What Does It Mean for a Conspiracy Theory to Be a ‘Theory’?

Social Epistemology:1-16 (2023)
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Abstract

The pejorative connotation often associated with the ordinary language meaning of “conspiracy theory” does not only stem from a conspiracy theory’s being about a conspiracy, but also from a conspiracy theory’s being regarded as a particular kind of theory. I propose to understand conspiracy theory-induced polarization in terms of disagreement about the correct epistemic evaluation of ‘theory’ in ‘conspiracy theory’. By framing the positions typical in conspiracy theory-induced polarization in this way, I aim to show that pejorative conceptions of ‘conspiracy theory’ are problematic for research open to the possibility of finding depolarization strategies. That is, because they preclude constructive engagement with the epistemic norms governing (the rationales foundational of) belief in conspiracy theories.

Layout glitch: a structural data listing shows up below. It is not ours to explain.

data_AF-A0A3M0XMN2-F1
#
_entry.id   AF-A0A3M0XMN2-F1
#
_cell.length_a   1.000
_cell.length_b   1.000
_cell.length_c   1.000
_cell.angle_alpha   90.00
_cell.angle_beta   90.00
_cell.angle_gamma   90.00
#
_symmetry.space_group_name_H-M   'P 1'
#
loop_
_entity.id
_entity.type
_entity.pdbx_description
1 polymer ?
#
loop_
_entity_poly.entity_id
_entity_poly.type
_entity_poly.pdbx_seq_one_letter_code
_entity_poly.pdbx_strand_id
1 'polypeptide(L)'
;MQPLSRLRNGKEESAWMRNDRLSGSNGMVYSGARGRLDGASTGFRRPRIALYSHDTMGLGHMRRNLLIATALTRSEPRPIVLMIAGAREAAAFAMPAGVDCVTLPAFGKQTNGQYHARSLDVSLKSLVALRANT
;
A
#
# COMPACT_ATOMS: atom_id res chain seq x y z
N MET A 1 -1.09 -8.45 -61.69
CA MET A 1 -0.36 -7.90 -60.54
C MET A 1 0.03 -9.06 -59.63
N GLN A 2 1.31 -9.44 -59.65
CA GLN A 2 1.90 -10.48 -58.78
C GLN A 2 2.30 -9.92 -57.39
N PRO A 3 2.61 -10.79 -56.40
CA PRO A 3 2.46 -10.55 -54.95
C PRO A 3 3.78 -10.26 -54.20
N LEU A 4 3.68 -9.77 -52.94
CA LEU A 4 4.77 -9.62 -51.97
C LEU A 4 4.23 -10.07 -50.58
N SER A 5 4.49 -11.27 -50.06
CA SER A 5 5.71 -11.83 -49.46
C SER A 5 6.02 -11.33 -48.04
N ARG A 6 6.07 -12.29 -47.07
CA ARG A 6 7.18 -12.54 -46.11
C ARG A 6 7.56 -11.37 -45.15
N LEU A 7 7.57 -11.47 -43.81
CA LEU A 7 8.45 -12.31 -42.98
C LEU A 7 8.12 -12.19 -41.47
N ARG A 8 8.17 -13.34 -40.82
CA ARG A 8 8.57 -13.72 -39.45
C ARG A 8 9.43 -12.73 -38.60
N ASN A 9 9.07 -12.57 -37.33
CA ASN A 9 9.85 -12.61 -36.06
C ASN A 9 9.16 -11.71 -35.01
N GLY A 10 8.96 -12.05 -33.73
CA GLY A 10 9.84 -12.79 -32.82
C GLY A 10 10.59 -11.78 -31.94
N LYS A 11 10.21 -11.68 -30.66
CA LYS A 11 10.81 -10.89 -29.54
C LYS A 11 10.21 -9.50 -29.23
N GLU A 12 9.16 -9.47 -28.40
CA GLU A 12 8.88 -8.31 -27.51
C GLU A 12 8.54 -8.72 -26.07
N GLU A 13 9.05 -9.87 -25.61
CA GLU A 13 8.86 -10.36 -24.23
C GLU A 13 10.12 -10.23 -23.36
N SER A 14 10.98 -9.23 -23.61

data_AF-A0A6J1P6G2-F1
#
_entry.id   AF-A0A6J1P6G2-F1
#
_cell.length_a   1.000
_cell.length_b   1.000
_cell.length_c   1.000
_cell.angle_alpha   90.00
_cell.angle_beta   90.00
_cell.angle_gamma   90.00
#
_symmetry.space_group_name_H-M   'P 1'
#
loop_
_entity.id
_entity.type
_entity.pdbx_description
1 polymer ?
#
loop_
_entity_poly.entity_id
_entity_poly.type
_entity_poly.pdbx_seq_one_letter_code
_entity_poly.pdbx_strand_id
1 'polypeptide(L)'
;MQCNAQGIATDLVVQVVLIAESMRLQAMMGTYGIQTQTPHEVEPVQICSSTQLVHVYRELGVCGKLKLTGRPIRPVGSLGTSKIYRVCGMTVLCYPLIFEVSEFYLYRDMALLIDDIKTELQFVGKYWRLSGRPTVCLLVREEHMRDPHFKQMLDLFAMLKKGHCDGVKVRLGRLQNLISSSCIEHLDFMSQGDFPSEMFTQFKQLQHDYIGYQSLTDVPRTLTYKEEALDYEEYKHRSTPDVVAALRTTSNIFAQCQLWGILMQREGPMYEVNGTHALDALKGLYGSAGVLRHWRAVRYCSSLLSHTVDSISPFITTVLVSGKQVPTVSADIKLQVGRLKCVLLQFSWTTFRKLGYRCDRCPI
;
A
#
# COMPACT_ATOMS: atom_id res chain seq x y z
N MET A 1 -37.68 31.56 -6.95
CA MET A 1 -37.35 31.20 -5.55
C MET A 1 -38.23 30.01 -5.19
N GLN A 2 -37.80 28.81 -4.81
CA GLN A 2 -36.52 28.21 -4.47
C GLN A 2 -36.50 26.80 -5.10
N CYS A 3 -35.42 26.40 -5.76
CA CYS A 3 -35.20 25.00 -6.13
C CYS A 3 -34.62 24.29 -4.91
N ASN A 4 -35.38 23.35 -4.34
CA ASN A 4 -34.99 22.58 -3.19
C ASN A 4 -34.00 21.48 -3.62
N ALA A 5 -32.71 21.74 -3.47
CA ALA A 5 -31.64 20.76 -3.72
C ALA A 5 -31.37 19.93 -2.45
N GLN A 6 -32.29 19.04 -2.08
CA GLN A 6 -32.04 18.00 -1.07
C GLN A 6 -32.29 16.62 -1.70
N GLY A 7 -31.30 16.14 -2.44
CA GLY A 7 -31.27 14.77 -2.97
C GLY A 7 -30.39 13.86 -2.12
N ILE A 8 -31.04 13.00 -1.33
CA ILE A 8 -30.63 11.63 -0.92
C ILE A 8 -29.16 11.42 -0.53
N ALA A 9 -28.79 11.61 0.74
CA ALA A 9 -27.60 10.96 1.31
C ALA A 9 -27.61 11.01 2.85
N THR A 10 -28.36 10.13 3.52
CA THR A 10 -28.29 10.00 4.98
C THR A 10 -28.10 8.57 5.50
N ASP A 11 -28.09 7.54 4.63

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Author's Profile

Julia Duetz
VU University Amsterdam

References found in this work

Some Conspiracy Theories.M. R. X. Dentith - 2023 - Social Epistemology (4):522-534.
The Open Society and its Enemies.Karl R. Popper - 1952 - Revue Philosophique de la France Et de l'Etranger 142:629-634.
Who is a Conspiracy Theorist?Melina Tsapos - 2023 - Social Epistemology 38 (4):454-463.

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